Fresh start for drug mule Beetge

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IOL beetge INDEPENDENT NEWSPAPERS Tessa Beetge, who has been incarcerated in Brazil for drug trafficking, has been freed. File photo: Mathieu Dasnois

Durban - Drug mule Tessa Beetge has been released from a Brazilian prison and is awaiting deportation to South Africa.

The Department of International Relations and Co-operation’s consular services staff broke the news to the former KwaZulu-Natal woman’s aunt, Margie Olsen, by e-mail on Friday. They stated that Beetge had been released on Thursday and that “she is awaiting expulsion” in São Paulo.

Director of Consular Services – Latin America and Caribbean – Mbulelo Bongani said they had no details of the expulsion.

Expulsion, he said, meant that Beetge was being held in a police holding cell in Sao Paulo prior to her being deported. He did not know when this would happen.

Beetge’s elated father, Gert Swanepoel, said he had not known that his daughter was being released.

“I’ve been desperately trying to contact my daughter for the past five weeks and have had no answer,” he said.

He said he would contact the department to confirm the release and make arrangements to pay for her plane ticket if this had not already been done.

Swanepoel said Beetge would stay with a “friend” once in South Africa before she got to see him and her daughters.

Olsen said the stay with the friend, a former fellow inmate in São Paulo, was for her to re-orient herself with life in South Africa.

The family did not want to reveal where the friend lived, because they were afraid that Beetge might be harmed by her former acquaintances in the drug world.

Beetge, formerly of the KZN South Coast, was sentenced to 12 years after being arrested with 10kg of cocaine in her luggage at the São Paulo airport in 2008. Her sentence was later reduced to eight years for good behaviour, and having served five years she was due out on parole.

She had maintained in her TV interview last year with SABC’s Special Assignment that she was duped by her recruiters, Sheryl Cwele, and Nigerian Frank Nabolisa.

The pair are serving 12-year sentences.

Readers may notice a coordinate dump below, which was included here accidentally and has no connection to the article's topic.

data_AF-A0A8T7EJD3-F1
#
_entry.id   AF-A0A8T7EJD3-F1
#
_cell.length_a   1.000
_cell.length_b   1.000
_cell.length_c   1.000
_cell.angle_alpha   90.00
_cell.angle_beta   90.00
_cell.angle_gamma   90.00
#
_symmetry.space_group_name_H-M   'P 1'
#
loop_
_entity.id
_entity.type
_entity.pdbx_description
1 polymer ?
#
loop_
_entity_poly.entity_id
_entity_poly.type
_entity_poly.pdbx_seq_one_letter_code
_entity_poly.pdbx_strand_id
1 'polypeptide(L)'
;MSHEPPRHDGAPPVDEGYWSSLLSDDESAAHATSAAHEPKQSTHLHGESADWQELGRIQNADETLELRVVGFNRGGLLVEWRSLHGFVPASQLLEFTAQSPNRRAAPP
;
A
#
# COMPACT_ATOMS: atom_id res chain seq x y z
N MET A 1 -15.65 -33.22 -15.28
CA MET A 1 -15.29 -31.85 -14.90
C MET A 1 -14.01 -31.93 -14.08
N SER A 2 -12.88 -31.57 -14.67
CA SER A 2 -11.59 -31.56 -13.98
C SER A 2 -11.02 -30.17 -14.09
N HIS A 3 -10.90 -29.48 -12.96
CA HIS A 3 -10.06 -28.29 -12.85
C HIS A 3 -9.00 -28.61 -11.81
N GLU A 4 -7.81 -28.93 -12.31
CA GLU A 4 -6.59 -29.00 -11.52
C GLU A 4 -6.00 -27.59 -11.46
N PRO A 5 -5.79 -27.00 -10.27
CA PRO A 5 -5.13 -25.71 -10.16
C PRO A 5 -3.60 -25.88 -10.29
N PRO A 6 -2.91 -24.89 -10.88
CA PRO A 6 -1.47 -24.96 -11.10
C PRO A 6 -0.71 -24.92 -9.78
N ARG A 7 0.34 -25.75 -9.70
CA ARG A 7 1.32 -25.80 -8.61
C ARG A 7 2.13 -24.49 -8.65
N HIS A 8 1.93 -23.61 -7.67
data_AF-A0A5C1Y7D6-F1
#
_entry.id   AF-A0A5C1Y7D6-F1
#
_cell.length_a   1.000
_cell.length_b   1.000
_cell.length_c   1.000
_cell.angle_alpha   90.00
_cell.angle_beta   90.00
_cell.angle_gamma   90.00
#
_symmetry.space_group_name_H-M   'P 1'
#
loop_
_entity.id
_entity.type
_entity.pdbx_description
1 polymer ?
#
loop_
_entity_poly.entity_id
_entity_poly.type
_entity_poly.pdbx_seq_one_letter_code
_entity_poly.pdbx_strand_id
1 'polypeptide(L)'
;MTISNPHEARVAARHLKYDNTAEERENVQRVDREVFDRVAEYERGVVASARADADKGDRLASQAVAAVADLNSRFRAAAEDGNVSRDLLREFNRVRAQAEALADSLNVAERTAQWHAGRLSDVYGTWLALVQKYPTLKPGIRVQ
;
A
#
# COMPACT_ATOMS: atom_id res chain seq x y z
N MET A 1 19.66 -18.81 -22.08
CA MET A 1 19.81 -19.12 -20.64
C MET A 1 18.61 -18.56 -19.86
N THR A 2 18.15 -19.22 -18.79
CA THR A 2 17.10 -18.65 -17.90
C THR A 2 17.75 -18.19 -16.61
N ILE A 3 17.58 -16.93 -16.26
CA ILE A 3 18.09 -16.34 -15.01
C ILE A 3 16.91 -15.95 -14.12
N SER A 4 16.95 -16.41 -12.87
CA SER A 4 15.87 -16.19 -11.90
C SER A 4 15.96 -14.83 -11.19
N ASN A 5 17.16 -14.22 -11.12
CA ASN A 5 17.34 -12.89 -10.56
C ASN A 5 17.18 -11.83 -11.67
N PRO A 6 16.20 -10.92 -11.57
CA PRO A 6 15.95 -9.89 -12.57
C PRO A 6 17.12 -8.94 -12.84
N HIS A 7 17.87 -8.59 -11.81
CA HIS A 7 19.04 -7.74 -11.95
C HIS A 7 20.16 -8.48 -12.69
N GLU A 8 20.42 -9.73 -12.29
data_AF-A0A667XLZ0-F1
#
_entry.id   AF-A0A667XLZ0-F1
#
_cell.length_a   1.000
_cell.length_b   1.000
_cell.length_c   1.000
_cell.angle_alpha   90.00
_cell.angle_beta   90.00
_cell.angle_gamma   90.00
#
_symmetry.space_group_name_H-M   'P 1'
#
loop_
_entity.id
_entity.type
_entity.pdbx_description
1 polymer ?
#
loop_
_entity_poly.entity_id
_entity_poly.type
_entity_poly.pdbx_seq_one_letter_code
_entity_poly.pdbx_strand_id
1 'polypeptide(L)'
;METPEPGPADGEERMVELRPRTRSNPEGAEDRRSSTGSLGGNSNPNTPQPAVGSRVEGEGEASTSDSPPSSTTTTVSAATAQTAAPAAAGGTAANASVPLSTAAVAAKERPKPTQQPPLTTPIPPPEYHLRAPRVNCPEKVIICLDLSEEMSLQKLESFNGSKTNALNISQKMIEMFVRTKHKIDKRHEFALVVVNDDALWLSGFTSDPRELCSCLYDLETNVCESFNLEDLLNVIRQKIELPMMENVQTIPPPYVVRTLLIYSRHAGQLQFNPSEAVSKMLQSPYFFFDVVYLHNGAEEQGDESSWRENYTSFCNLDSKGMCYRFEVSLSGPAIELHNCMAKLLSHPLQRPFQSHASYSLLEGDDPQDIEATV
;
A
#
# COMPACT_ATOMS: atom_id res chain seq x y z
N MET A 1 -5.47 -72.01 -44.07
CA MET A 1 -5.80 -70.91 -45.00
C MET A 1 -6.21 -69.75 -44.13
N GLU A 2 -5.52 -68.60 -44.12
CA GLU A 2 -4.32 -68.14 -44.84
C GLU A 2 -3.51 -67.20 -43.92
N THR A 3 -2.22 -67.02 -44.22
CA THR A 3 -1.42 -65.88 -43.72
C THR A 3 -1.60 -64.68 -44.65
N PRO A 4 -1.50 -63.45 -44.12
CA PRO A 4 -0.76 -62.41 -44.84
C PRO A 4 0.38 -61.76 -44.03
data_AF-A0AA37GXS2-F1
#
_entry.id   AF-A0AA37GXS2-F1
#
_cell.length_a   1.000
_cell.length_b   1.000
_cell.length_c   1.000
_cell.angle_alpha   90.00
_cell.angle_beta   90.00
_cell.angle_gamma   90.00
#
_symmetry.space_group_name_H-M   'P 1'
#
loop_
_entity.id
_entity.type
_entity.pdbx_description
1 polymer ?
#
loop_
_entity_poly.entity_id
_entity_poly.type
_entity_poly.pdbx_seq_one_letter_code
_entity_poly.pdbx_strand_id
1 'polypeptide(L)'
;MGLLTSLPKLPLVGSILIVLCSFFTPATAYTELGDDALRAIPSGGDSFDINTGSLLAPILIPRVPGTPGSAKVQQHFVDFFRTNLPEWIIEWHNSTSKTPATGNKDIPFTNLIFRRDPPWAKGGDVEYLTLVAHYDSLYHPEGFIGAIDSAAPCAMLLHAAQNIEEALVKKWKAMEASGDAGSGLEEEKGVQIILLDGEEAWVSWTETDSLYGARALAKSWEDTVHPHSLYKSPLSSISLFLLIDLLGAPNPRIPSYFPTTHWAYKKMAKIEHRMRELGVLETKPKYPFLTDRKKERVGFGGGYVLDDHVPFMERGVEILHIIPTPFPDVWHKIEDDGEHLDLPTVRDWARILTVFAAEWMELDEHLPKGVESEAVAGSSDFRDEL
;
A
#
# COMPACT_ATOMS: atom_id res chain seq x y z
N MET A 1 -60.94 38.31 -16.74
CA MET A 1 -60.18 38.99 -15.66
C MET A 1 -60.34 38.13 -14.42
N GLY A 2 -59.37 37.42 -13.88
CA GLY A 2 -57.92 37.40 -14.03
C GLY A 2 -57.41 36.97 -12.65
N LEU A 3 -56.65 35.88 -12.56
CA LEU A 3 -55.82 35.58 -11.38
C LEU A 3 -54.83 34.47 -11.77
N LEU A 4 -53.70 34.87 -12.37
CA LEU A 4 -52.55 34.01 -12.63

Beetge’s mother, Maria Swanepoel, who was instrumental in getting Cwele and Nabolisa convicted, died in October.

In her prison interview with Special Assignment producer, Frank Ferro, Beetge had said she was going back to South Africa to her mother, but that “mom is no longer there”.

Beetge had said: “I have a big fear of going to South Africa because this (prison) is my little world.”

She said her mother had arranged for her to receive counselling, because of the “trauma” she had been through.

She said she was not sure where she was going to in South Africa and that was the part that “frightens” her, because her “heart is ripped up in different directions”.

Beetge said that it had been difficult living without her family, but that it had made her a stronger person.

On her return to South Africa, she had said: “I’m going to be tender, but I’m going to be strong and firm with my family. This is what I’ve understood in the time that I’ve been away and people mustn’t point fingers, mustn’t blame each other. Accept it’s been done and move on.

“Forgiveness is one of the most important things because you need peace and without forgiveness you cannot have peace.”

Beetge said she harboured neither resentment nor bitterness in her heart for Cwele.

“She has inflicted pain, but I cannot hold that against her for the rest of my life. How am I going to live? I need peace. I want to live with my family in peace. I’ve lost my mother who was my pillar. I cannot continue my life thinking I need to look behind me because of the threats that my family have had. I cannot live like that,” she had said.

Beetge said that when an inmate left the prison there was a lot of excitement, but a lot of tears. She explained that the inmates became used to each other and became each other’s support and guidance.

The inmates are, therefore, sad because they know the person will no longer be there, but happy for the inmate regaining freedom.

Said Beetge: “That’s what they all long for.”

Beetge had also said she had been working while in prison.

“It’s a firm that makes medical equipment. They make drips for the hospitals and for the clinics,” she had said.

Beetge first worked in the packing station and was then promoted to the department where she did the paperwork.

She was paid for doing the work and could put an amount aside for future use.

Ferro told the Daily News the circumstances in the São Paulo police cells were very similar to those in South Africa and were overpopulated.

He said Beetge could be held for “up to 40 days” in the holding cell.

The Brazilian federal police had the responsibility to raise funds to buy Beetge a ticket to fly back to South Africa, but if that was not done, Beetge would be released on to the streets of São Paulo, he said.

However, Beetge had said in her TV interview, that she would feel a lot safer in prison than on the outside.

“I do not want to see the streets of Brazil,” she had said.

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